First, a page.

Generally, EMR is preferred for smaller scale practice or specialist who does not require extensive information for their patient’s treatment but prefers continuity and aligned communications within personnel across their clinic or organisation. With the possibility for integration with multiple management tools, EMR would be a perfect addition in creating a clinic environment that is seamless and organised.

However, there are also substantial benefits for healthcare practitioners to adopt EHR. Since EHR comprises of records collated from an extensive network of practitioners, this comprehensive information could come in handy in multiple ways like providing important information that might out of the clinic’s scope, minimising unnecessary screenings or duplication of previous treatment and facilitate a collaborative environment between the healthcare community and patients.

A report produced by the Global Observatory for eHealth states a number of advantages to adopting EHR that includes,

  • Improving the quality, accuracy, and timeliness of patient information at the point of care.
  • Highlights areas of concern and health services delivery and providing insights into health care costs, utilisation, and outcomes.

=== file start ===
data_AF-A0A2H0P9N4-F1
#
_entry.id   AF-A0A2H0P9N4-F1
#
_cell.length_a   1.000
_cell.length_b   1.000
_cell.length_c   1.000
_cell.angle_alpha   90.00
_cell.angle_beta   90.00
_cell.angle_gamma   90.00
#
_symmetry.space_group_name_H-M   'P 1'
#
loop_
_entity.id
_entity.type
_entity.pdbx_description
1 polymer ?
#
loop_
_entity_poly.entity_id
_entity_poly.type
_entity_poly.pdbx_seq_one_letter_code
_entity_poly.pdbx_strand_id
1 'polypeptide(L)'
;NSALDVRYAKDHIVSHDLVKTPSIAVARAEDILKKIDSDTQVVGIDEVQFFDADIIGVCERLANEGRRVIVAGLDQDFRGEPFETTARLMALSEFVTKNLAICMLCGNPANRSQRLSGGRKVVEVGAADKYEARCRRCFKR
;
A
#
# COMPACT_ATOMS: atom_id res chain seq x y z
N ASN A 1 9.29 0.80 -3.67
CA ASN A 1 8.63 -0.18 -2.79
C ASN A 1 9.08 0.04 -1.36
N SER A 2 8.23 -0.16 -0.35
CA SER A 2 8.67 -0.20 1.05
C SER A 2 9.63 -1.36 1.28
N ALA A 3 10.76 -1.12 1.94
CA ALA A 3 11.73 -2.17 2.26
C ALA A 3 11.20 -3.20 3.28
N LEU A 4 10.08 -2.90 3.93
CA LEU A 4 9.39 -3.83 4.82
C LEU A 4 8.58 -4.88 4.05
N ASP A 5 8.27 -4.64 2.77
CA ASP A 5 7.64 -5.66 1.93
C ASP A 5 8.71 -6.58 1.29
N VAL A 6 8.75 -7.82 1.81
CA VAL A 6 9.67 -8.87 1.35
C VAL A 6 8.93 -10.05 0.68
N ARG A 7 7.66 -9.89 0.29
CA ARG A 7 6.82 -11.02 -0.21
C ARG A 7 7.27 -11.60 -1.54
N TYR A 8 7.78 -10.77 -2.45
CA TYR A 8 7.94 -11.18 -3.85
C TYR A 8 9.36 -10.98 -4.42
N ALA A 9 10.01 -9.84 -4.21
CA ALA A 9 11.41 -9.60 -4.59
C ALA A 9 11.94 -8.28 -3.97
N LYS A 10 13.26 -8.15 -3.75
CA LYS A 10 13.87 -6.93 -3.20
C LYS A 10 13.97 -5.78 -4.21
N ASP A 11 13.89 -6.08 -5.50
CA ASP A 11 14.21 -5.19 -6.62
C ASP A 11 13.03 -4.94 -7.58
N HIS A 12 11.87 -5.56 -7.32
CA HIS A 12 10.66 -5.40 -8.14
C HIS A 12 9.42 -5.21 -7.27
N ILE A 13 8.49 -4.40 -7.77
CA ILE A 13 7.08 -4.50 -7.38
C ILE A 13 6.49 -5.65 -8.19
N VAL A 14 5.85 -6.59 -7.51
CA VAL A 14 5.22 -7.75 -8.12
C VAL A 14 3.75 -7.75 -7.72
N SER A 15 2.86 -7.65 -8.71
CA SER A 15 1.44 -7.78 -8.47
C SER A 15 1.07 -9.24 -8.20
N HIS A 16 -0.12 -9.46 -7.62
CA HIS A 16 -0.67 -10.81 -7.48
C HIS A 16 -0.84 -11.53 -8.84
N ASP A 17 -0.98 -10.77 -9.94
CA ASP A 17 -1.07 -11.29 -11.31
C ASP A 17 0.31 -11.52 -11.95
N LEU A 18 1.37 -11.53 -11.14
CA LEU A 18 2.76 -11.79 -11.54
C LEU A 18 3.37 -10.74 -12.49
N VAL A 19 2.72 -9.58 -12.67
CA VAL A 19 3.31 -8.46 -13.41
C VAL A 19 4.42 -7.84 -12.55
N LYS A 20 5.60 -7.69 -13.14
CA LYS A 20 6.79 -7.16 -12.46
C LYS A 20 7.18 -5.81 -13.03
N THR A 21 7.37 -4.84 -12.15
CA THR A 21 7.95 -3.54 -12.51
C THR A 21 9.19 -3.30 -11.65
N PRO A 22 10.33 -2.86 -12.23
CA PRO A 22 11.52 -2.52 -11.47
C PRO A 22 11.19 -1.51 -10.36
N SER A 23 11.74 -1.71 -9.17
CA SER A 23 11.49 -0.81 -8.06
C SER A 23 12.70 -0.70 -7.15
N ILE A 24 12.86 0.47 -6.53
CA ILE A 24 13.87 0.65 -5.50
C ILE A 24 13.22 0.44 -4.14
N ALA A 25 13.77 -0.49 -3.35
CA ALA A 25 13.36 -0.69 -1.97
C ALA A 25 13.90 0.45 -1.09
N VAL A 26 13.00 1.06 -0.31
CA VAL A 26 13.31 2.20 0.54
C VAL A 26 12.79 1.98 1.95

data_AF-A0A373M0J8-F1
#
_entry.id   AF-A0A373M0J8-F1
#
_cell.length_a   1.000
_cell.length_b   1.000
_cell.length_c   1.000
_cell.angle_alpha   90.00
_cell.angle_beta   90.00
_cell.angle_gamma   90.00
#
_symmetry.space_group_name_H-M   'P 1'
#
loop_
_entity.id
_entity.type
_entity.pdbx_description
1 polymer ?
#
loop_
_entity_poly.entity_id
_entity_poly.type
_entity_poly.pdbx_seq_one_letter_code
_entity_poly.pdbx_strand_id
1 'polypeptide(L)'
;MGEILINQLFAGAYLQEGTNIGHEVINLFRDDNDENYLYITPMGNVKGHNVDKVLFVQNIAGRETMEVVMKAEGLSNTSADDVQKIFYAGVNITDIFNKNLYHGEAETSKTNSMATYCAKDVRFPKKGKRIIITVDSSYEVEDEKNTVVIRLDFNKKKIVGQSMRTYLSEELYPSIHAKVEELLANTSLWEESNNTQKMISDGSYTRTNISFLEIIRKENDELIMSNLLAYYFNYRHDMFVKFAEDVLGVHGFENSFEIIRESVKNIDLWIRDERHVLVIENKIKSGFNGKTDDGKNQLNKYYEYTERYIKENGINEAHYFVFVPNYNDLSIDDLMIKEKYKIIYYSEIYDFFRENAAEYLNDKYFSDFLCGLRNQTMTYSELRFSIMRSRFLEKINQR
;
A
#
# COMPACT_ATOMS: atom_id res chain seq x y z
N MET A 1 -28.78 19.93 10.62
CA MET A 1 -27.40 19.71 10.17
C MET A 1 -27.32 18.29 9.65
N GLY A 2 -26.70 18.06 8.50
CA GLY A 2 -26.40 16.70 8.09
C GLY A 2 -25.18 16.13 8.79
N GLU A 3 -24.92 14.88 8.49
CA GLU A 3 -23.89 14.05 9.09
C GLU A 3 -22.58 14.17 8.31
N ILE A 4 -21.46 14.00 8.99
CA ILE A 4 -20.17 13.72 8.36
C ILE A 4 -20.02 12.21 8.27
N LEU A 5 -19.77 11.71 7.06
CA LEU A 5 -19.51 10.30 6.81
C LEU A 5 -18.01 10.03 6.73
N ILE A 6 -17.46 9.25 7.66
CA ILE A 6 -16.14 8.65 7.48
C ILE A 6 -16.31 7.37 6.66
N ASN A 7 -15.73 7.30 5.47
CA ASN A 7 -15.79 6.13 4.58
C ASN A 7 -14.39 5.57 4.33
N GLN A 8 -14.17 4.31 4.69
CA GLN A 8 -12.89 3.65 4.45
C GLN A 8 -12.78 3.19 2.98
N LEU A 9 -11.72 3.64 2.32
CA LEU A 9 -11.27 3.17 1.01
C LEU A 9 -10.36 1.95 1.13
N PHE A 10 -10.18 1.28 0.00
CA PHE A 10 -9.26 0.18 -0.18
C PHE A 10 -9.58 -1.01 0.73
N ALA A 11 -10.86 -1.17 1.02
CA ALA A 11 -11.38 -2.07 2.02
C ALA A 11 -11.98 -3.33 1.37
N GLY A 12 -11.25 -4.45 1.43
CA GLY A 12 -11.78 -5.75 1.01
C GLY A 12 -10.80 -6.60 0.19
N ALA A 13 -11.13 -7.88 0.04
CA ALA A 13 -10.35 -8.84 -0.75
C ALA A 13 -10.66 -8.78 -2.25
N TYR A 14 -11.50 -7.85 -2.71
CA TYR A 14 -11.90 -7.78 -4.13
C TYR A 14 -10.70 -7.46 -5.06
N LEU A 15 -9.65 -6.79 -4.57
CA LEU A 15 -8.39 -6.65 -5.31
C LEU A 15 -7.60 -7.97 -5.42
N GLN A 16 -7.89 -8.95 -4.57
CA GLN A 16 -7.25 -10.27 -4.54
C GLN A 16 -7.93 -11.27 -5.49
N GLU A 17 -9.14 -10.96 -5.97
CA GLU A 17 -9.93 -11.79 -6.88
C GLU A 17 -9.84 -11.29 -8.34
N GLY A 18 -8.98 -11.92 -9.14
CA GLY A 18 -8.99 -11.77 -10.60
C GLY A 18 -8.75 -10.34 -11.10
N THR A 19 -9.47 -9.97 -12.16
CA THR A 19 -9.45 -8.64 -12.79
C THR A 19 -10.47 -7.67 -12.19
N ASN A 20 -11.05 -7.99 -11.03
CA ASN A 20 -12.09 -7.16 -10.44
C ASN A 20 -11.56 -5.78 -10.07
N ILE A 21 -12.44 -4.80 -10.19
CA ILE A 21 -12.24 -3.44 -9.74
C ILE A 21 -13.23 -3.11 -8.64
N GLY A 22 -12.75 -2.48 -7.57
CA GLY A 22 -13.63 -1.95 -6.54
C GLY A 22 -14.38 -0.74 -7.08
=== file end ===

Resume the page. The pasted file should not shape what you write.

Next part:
• Promotes quality of care, reduce costs, support patient mobility, increase reliability of information, and provide access to patient information to multiple health care providers.

EHR also promotes voluntary collaboration with other healthcare practitioners by contributing information that might be useful for medical research that improves medical decision-making and provide better patient outcomes across the board.

At Galen Health, we want to help ensure that your clinic can function at the optimal level hence we have built a Clinic Management System that can support your clinic needs holistically. Whether you would like to maintain your independently or want to be part of Singapore Healthcare initiatives, we are here to provide you with the right solution. Galen Health CMS is both NEHR and NGEMR ready and features various modules like Chronic Disease Management, Claims Management and more.

Speak to our dedicated team to learn how we can help you streamline your practice and achieve your clinic goals.

Speak to our experts on how to seamlessly incorporate EMR or EHR into your clinic.